Don Johnson had been to the Aleutians during the WWII and talked of coming to Alaska even before he and Sylvia were married. He left Mason City, Iowa, in 1947 to try to obtain a homestead and Sylvia followed in 1948. Don was awarded a homestead in a May 1952 land lottery. It is located at Mile 18, Kenai Spur Highway, a half mile from Salamatof Lake.
As told by Sylvia Johnson, c1985:
There is a saying that "Every cloud has a silver lining." The first of March, 1952, I was reclining in a hospital bed in Mason City, Iowa, following an automobile collision which had taken the life of our eldest son on February 12th.
The car I was driving was hit head on by a drunk driver on a curve near Innisfail, Alberta, Canada. I was leading a caravan of 3 vehicles with our family and all our worldly possessions enroute back to Fairbanks to make ourselves permanent Alaskans. Don had made two round trips over the Alaska Highway in the previous five years and we had finally decided that it was Alaska now and forever.
Following the return to Iowa to our families for the funeral and my recuperation, Don went on to Fairbanks to settle into waiting for my recovery so he could fetch me and our daughter Audrey (who was then 3) and our son Warren (1-1/2 years old). Both had been born at Fairbanks.
A neighbor and good friend told Don of homesteads being made available on the Kenai. They decided to make the trip to Kenai and look the country over. Impressed by the timbered country and the moderate temperatures (compared to Fairbanks - since April, 1948, our so-far-Alaska home). They stopped at the Anchorage BLM office and Don filed on the homestead which is today our home. A lottery in early May made Don the lucky winner and we were very excited. In June I had recovered enough that Don made another trip back to Iowa to bring us back to the land we had chosen.
Preparing a home entailed several trips from Fairbanks to Kenai and finally in December a wanigan [shelter] was ready for us. The trip from Fairbanks to Anchorage was in subzero temperatures, but there friends provided us with a warm haven overnight.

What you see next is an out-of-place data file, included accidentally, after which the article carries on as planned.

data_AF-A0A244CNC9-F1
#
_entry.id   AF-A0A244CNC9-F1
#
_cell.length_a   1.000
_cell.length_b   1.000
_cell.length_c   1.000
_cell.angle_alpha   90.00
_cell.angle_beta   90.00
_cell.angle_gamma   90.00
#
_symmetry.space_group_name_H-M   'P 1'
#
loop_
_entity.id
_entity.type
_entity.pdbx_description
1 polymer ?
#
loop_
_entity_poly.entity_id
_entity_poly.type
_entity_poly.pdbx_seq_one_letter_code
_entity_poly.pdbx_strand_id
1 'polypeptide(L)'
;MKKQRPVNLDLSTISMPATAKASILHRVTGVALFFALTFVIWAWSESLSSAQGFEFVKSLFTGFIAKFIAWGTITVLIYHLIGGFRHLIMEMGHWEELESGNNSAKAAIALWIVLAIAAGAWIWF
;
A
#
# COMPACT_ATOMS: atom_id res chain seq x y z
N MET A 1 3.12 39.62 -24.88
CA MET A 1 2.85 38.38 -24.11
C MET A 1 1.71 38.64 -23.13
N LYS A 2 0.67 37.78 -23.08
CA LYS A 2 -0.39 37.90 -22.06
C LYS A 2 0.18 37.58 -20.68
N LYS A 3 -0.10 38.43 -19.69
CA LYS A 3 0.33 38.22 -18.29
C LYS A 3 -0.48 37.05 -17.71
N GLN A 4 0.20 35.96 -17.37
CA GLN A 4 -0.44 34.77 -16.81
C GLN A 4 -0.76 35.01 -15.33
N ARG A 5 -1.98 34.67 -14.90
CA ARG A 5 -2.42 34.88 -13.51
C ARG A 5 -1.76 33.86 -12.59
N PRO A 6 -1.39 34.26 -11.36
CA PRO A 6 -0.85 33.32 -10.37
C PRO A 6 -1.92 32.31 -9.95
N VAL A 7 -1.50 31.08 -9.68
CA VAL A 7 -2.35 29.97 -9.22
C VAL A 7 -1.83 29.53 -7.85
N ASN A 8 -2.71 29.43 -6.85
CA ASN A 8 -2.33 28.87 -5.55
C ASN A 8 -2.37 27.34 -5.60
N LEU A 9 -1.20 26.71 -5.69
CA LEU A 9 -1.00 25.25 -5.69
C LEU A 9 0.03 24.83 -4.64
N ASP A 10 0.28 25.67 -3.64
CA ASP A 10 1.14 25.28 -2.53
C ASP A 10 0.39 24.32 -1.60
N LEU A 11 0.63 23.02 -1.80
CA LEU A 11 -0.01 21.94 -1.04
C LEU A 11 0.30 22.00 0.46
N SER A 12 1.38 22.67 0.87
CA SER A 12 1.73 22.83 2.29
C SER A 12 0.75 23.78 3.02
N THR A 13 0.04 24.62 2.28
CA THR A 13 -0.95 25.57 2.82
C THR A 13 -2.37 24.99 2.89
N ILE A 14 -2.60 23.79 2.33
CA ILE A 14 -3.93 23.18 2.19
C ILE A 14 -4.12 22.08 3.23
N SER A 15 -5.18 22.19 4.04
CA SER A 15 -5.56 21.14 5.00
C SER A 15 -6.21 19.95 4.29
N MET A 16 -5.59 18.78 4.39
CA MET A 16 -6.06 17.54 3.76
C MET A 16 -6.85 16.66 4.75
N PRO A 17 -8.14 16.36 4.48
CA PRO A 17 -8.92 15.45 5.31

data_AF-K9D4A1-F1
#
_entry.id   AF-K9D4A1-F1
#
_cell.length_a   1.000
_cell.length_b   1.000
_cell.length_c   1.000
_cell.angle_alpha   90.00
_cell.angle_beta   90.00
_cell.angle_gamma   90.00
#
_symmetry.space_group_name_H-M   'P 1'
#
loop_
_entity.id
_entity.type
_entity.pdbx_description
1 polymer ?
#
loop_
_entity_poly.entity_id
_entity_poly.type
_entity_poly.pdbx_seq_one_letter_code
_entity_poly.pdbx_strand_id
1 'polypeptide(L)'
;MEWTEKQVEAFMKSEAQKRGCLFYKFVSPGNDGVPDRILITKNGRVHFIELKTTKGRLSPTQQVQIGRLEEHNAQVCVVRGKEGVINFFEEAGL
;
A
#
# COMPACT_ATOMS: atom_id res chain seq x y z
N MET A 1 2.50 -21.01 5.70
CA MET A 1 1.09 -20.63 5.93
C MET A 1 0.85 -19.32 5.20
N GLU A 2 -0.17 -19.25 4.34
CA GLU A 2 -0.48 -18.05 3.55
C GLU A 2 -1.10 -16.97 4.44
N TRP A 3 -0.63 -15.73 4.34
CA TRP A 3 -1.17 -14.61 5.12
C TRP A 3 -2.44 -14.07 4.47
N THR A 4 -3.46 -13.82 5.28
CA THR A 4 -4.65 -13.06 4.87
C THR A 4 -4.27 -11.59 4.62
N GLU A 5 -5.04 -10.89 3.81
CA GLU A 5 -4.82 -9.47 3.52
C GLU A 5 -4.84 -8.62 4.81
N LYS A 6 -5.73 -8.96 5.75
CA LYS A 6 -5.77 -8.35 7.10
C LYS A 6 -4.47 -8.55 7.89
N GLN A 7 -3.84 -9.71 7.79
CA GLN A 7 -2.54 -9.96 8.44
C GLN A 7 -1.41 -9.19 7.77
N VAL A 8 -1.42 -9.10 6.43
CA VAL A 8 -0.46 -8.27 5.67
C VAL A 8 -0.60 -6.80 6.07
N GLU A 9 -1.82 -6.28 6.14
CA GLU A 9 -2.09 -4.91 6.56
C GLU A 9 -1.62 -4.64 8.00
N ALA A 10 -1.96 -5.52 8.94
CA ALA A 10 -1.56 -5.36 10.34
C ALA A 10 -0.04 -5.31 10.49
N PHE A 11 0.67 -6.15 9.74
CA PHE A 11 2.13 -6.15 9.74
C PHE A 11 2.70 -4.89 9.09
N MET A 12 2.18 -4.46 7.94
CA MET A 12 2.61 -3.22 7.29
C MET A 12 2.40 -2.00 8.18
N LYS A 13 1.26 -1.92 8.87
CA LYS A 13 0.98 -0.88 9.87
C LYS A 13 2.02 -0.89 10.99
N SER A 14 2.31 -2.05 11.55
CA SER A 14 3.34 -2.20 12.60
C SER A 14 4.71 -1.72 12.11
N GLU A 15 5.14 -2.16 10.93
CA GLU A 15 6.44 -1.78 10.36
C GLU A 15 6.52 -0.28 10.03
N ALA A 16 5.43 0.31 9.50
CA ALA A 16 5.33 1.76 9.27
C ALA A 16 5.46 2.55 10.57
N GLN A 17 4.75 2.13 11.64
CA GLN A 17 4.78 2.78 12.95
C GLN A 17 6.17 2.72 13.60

Don's friend, Al Bontrager, who had a accompanied him on several of the trips over the Alaska Highway, was driving the big truck with our household goods and tools. Somehow he became separated from us that night in Anchorage. We could not understand how he could disappear so completely. After several hours of anxiety and fruitless driving up and down Anchorage streets searching, we discovered the truck in a garage receiving some much needed attention. After paying the bill we had exactly $13 to see us from Anchorage to the "Homestead" at mile 18, Kenai Spur Highway, then known as the "North Road." I don't remember much about the actual trip except that it took all day, about 10 hours, and that the homes (5 or 6) at what is now Soldotna had their Christmas lights glowing from the windows and the airport runway lights at Kenai (green, red and the blue threshold lights) all looked like Christmas and seemed so full of promise.
We arrived at 6 pm at Fred and Louisa Miller's "Miller House" and had dinner. Louisa took me over to the Kenai Chapel and introduced me to Eldy Covich. It was the Sunday before Christmas. After dinner we drove out the North Road to the homestead. We had beaten the deadline for moving onto the homestead by five days. I don't think that I'll ever forget the damp and chill of the wanigan and even after the fire in the Yukon stove had warmed the cabin, the crawl into the cold clammy beds which would take several days to warm through.